Without thinking, I let my instinct pull me forward, foolishly standing in front of the little hooded girl. I looked at her startled expression on her face, slightly startled myself as I tried to act normal with a large, uncomfortable smile, while my heart beat nervously. My eyes were wide with fear, but she smiled back, and strange warmth overtook me.

Err...what’s your name? I said faintly, trying to make conversation as I eyed up the freshly baked cakes.


“Little Red Riding Hood.” She replied in a high pitched tone. She looked quite young and naive so I smiled gently, knowing that anyone older would have cautiously avoided me.

“So, em, where are you going?” I asked, awkwardly.

“My Grandmother’s house.” She answered. An explosion of hunger burst inside my stomach and I stopped the small talk, impatient for some food.


“Can I get a cake? Please?” I said desperately, the words spilling out of my mouth, as I looked down at my feet meekly.


“No!” She shouted back sharply. “Keep your large grubby claws away from my cakes you greedy wolf!” She gripped the basket in her hands tightly and swiftly walked away. I was startled and slightly confused, but chased after her, hoping she was joking, and grabbed onto her bright cape. She turned around violently, striking me across the face as she spun around like a tornado. I fell back, whimpering.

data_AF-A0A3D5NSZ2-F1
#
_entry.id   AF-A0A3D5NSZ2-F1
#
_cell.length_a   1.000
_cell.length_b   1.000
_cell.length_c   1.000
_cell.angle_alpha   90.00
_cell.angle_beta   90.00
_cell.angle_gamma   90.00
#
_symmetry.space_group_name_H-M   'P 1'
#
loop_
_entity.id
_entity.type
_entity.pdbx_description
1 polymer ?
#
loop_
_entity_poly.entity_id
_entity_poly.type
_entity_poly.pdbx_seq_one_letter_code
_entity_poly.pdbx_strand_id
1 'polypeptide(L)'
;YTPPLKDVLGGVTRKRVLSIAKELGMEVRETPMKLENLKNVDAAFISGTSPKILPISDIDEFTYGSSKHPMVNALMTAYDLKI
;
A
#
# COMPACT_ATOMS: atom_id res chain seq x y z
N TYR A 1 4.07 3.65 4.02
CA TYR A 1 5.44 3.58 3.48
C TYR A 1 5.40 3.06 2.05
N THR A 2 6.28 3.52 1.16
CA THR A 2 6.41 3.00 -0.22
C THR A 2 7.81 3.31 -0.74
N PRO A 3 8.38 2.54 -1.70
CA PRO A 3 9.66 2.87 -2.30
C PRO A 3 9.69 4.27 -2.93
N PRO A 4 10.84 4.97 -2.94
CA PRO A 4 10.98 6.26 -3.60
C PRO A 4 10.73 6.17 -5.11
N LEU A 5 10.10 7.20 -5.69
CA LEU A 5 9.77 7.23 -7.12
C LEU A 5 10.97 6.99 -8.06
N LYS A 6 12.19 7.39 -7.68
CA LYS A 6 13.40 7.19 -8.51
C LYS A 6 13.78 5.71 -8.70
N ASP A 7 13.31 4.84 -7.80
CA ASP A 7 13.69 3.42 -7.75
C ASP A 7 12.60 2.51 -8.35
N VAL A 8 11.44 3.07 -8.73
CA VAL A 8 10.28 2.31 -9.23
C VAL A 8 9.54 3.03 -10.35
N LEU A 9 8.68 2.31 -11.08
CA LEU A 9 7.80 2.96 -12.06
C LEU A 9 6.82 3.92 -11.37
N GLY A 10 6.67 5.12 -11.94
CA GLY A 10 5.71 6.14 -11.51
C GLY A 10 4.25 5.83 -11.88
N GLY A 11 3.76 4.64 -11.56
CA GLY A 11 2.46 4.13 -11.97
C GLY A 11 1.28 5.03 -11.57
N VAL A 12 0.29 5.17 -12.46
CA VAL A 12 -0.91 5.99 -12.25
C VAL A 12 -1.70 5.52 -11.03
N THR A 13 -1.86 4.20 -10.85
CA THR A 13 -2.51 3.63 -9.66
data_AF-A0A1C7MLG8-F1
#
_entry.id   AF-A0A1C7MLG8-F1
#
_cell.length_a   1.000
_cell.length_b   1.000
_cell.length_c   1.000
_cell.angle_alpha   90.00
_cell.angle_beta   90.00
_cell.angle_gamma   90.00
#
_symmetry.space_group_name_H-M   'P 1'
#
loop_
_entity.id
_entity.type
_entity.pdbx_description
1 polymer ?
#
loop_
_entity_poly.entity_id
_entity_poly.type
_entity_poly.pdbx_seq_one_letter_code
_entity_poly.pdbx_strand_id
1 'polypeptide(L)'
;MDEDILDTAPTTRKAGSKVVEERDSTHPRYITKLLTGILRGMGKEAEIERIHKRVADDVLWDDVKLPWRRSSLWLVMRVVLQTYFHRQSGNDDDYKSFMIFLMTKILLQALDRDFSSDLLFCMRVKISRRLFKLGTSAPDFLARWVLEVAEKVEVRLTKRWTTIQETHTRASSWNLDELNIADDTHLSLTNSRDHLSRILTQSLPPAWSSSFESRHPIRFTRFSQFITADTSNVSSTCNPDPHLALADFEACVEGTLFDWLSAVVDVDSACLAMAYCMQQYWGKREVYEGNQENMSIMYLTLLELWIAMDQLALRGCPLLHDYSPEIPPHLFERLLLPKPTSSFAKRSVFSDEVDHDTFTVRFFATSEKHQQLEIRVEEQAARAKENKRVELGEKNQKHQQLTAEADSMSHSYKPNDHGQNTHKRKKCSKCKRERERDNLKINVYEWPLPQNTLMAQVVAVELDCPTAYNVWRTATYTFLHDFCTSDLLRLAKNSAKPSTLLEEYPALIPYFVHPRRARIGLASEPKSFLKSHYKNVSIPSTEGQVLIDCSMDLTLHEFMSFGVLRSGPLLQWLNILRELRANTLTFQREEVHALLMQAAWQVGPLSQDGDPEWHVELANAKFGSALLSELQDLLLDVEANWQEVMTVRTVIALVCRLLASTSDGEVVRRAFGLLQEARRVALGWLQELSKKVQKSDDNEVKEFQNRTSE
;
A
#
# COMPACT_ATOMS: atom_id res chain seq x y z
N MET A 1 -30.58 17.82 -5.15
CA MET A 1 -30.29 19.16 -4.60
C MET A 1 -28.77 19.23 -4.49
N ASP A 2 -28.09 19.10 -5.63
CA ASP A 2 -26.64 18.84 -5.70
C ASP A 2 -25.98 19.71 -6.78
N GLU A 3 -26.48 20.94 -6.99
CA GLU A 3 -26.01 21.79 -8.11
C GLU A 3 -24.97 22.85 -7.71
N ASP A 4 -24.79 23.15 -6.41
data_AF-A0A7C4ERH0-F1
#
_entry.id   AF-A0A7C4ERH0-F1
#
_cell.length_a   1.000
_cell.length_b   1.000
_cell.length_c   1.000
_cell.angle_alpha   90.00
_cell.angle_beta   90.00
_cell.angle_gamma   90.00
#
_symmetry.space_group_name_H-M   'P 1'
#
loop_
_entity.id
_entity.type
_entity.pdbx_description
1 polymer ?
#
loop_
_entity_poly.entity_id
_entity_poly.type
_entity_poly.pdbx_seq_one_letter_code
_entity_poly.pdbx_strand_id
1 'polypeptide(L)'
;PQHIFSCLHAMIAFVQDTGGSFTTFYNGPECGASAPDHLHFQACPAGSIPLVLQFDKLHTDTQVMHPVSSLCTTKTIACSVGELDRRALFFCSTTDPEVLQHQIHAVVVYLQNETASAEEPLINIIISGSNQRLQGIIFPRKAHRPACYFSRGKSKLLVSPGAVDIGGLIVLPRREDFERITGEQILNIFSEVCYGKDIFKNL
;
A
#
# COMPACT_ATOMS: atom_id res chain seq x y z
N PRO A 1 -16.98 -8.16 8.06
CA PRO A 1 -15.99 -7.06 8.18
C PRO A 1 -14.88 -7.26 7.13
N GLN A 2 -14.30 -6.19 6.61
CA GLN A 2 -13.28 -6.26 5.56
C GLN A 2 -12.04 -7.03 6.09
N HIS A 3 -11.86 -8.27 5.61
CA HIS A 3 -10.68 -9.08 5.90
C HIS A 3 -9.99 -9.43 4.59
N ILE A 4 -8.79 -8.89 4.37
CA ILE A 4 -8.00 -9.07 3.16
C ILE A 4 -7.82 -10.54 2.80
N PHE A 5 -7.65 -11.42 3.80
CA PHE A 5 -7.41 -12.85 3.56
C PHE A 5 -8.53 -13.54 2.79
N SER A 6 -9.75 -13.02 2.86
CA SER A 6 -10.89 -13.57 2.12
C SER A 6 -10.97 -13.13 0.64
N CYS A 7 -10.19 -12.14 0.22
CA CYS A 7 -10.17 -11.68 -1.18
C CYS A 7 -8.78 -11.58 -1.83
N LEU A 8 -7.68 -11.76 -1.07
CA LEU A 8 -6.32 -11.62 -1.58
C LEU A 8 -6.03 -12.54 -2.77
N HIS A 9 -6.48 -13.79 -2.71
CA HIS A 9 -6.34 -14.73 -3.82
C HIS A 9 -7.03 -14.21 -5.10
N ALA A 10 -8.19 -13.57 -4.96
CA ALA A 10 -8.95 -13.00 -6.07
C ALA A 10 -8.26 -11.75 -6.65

“Get away from me you monster!” she shrieked, scurrying away. Those words hurt more than the throbbing pain that grew in my cheek. What had I done wrong? Tears filled up in my eyes. I didn’t understand. I was not a monster. Why didn’t people trust me? I ran through the forest, trying to make my way back to my bed as fast as I could, tears streaming down my face. But the upset quickly turned to rage and I ran faster, growling through my teeth as I made my way to grandmothers house. I wanted revenge, not just for Little Red Riding Hood, but for every person that had ran away; that had automatically made assumptions about the big bad wolf. Everything went in a blur...


I looked down at the now empty bed. An overwhelming wave of guilt took me over and my eyes darted around the room, panicking. What had I done? I thought gulping and looked down at my now full belly. I had gone too far. The regret was drowning me. It seemed like a good idea at the time. What had I done? What would I do now? Just run away?


The door clicked open.
Of course, you know the rest of the story. I pretend to be grandmother, but Red notices my large features and the woodcutter comes and kills me. But I managed to escape. Run back to the shadows. Of course, the woodcutter changed that part of the story for his own personal gain. Everyone thinks I’m dead.

A part of me wishes I had stayed there that day, letting the woodcutter kill me. I would have deserved it. Every day I remind myself of the monster I let myself become. I did get angry again, with three annoying little pigs and a boy who kept crying my name, but for the most part, I just sit here alone in the dark, wallowing in my sadness. Being alone isn't as bad as everyone thinks.
It’s much worse.